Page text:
In the world marketplace there are three major types of two-way trade. First is North-North, or trade between developed Western nations, like Canada, the U.S. and Europe. Next is North-South trade, which is between developed and emerging markets, such as Canada and China or Germany and Brazil. Then there is South-South, or trade between the emerging markets themselves, such as China and India. The first two kinds directly involve Canada as a trading partner, while the third does not. The challenge for Canada is that more than 80% of global GDP growth in 2012 is expected to come from emerging markets. South-South trade is projected to double between now and 2030, from 13% of global trade to 26%. According to the IMF, North-South trade is growing by about 15% a year right now, compared to 21% growth for South-South trade. The global trade pie is getting bigger, but Canada’s slice could get thinner if we don’t take measures to invest more in the trade between emerging markets.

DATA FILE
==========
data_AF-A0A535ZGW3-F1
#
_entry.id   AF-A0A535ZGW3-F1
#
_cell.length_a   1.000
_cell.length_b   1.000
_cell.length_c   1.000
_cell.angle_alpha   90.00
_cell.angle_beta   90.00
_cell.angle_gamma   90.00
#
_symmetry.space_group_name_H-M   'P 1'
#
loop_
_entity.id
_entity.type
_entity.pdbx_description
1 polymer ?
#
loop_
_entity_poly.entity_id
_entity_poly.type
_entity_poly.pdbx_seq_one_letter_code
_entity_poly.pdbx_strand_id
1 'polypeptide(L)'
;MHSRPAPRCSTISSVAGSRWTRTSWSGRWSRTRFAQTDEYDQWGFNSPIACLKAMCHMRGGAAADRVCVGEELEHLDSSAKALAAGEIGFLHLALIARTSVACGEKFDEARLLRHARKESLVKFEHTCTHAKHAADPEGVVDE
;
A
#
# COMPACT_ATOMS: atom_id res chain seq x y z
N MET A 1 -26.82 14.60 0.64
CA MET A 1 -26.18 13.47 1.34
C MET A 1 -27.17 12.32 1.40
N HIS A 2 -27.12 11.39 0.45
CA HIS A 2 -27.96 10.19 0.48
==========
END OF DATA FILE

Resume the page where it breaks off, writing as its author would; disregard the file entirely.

In the 20th Century, the two most influential trade powers were Europe and the U.S., from which the bulk of innovation and major push behind every industry emerged. Things have changed. “If you look where the markets of scale are in terms of growth, innovation and productivity are now, they’re largely in the so-called emerging world,” says Rana Sarkar, president and CEO of the Canadian-India Business Council (C-IBC). “And the relationships between these countries and their markets are not going to be coming through us. They’ll be doing it amongst each other, so we have to work hard to intercede and find where we can add something to those relationships. That’s where our competitiveness is going to come from.”